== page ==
In some circles, I am known as the raw cracker queen, okay just my husband calls me that, but it’s a start…
What I do is totally different every time. But I want to explain the basics so that you can have the confidence to make your own crackers.
Basically, you need a congealing base. For this I usually use flax seeds. I use them whole or ground up or a combination of both. I have a coffee grinder used exclusively for flax.
Before I start getting creative with veggies and spices, I soak the flax. If I’m using whole flax seeds, then I put enough water to be about 1 1/2 inches above the seeds. I use about 2-4 cups of seeds depending on how much cracker I’m making. The amount is something that you’ll learn with practice. Whole seeds soak longer; about 2-3 hours, before they make a slimy gelatinous substance. DO NOT RINSE these precious morsels. If there’s too much water over and above the flax jelly, then just pour it off, but do not strain the seeds! This is important. If you’re using just ground or even a combo of flax, then just add water to them and let soak for the duration of all the other prep work. I don’t measure, but I look for a consistency of thick cornbread batter. You can always add more water once everything is combined.
The second component is adding some veggies. By the way, you can also just do flax crackers with spices, which is amazing itself. I love to use veggie pulp from juicing and stuff from the fridge that’s gotta get used.
In my food processor, I put carrot pulp, sundried tomatoes (soak first for 30 minutes and SAVE the soak water), celery, garlic, sometimes onion, red bell pepper, to name a few. But those mentioned are pretty standard. They make for a great versatile cracker. I add enough water into the food processor to keep it going, and here is where I also add my spices. Sometimes, if I have too much veggie, I’ll do this in two batches so things get thoroughly mixed. I usually go for a themed cracker, such as Indian, Mexican, or Italian. I add Himalayan sea salt also or sometimes opt for the nama shoyu instead. Again, there is no “righter” way to do this than other ways. If you don’t have very much veggie pulp, then you’ll have a more flaxy cracker. And the converse is true.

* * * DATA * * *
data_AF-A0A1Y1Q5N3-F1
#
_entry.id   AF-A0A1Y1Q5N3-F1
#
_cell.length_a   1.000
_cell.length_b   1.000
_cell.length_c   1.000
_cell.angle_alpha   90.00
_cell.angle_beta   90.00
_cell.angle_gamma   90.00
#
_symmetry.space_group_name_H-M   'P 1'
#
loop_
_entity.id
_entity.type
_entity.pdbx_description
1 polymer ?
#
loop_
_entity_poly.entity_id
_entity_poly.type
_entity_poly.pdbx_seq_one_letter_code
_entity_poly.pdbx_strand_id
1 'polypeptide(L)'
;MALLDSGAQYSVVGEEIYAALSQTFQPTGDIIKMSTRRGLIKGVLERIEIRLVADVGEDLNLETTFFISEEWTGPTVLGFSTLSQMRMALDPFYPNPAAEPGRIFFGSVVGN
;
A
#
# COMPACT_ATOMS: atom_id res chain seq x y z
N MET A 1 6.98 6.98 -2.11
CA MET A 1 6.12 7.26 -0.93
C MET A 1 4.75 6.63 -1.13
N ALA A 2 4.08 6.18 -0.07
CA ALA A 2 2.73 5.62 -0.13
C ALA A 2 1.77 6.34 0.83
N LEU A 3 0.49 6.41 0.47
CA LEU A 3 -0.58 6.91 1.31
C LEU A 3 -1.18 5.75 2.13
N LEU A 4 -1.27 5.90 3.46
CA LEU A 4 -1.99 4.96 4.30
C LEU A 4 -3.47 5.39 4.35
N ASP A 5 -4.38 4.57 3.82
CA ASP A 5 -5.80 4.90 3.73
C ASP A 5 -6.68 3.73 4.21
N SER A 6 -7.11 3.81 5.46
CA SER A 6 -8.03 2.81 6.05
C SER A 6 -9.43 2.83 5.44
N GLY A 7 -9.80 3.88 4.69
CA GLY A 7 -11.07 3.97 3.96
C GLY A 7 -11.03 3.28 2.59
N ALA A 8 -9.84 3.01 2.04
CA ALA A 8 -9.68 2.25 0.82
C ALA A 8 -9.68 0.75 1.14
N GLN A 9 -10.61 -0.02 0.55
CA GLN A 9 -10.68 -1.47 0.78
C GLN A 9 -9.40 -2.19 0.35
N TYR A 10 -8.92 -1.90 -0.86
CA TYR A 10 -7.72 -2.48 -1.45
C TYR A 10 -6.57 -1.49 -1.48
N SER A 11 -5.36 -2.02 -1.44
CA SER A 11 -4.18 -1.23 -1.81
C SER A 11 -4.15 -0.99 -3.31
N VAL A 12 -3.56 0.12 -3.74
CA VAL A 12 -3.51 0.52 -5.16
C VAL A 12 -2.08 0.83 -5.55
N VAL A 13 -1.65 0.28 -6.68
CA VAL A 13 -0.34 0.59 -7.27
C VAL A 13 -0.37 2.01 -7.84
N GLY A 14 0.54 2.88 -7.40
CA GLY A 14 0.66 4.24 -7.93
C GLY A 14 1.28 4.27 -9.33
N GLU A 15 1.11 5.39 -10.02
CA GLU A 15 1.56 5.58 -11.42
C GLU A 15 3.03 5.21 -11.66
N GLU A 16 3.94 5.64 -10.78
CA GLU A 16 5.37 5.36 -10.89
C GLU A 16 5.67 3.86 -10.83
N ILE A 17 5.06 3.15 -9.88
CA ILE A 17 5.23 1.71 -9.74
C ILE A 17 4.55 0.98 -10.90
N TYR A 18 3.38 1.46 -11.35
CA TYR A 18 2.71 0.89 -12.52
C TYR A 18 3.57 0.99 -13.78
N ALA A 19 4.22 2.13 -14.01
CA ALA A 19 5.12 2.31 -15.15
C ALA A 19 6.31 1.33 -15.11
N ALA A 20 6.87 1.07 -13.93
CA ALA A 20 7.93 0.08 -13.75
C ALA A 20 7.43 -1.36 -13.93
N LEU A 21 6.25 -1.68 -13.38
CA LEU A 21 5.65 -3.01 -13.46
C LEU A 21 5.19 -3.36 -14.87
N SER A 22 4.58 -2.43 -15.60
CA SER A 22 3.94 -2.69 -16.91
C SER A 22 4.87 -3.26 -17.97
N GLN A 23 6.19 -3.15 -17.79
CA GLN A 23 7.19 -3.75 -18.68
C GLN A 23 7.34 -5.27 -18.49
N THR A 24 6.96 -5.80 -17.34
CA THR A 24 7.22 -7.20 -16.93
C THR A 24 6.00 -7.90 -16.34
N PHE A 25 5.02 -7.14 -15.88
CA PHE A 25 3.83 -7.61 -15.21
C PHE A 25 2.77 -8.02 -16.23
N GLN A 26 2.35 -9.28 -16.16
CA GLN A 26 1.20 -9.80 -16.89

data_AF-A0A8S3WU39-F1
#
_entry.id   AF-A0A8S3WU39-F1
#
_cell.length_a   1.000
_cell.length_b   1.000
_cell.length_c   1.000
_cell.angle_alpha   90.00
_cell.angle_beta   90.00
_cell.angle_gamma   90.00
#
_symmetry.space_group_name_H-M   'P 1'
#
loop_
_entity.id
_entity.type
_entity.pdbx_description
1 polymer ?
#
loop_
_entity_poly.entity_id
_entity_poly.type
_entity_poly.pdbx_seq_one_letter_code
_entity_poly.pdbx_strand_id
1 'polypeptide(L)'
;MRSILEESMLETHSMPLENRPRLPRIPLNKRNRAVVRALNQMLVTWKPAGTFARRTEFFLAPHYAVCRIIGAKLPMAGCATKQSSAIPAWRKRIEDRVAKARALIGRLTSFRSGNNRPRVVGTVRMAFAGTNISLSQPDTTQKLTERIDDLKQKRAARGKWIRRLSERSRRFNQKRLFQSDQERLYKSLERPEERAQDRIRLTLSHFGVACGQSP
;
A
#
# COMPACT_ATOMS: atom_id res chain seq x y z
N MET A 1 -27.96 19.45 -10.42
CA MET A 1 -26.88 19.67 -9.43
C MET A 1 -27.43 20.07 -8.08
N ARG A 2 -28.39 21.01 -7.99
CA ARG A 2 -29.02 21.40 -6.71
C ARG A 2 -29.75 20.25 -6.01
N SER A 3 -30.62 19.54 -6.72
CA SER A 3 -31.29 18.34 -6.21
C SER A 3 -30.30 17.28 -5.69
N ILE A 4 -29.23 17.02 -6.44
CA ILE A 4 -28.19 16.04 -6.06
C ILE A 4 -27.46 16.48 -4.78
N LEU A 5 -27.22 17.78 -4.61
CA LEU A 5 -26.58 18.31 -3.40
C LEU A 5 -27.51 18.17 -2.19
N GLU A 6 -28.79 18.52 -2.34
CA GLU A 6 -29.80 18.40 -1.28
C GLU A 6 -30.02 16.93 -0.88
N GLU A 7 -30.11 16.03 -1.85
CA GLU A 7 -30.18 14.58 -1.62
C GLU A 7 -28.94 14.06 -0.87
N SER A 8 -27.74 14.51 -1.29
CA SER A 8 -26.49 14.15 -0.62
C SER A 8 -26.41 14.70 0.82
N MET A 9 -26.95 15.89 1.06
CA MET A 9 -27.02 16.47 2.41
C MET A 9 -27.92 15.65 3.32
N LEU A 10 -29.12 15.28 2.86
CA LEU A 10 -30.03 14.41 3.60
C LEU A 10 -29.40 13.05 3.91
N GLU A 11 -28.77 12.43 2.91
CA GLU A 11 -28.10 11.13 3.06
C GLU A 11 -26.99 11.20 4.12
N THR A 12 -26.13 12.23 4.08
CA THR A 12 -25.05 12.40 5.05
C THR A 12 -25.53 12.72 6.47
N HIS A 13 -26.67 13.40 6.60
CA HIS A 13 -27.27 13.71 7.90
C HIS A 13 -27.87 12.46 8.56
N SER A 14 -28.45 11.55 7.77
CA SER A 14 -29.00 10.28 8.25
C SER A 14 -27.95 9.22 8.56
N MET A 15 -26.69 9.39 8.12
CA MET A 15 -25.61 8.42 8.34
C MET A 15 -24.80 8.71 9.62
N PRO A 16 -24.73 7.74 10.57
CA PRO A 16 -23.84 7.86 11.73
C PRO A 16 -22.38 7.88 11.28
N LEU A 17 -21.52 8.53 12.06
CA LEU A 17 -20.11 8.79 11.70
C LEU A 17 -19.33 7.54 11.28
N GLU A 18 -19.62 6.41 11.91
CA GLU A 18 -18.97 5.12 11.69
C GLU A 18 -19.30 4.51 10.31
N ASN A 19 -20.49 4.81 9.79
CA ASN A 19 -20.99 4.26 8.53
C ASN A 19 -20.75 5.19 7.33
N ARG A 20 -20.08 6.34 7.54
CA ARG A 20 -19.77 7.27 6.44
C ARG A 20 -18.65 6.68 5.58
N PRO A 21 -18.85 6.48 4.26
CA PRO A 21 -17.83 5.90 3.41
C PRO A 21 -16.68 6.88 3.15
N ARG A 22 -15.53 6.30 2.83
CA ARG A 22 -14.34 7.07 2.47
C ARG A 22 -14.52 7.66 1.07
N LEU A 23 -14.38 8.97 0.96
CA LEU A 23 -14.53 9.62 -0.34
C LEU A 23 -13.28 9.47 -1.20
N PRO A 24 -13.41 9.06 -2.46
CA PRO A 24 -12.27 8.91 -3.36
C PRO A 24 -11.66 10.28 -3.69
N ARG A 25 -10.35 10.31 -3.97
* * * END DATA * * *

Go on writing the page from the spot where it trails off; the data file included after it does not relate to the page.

Add your veggie mix to the big bowl of flax now. Stir well and taste a little bit. You’re going to learn how to interpret this flavor with practice. Remember, everything becomes concentrated as the cracker dehydrates. The first few times I did this, I thought it tasted way too bland and needed salt. So I added A LOT! They were way too salty. But, voila, I made a bland pate and it was marriage. But that’s another blog entry.
The consistency of your batter is thick, not runny at all. You need to be able to spread it on the dehydrator sheets. Here’s where you get to make some more choices. If you spread it on thin, you’ll get a crispy cracker, relatively quickly (4-6 hours maybe). If you spread it about 1/4 inch or so, you’ll have the potential for sort of a bread. You dehydrate it until it is pliable and soft, but not wet. This is excellent for raw pizza, sandwiches, you name it. Anyway, I usually make giant batches of thin crispy crackers, as I load up the glass jars with them and line the counter. They’re the best snacks ever.
After I spread the dough on the Teflex dehydrator sheets (I use the Excalibur dehydrator) with a wooden flat spatula (I have found that this works better than rubber for some reason), I use a pizza cutter and make my cuts at this point. I do squares or triangles, depending on how sassy I’m feeling. Now I place them in my dehydrator and set for about 115 degrees until done, which varies. By the way, usually all 5 trays are filled in the amount I do.
Please ask me questions and share your own ideas for this.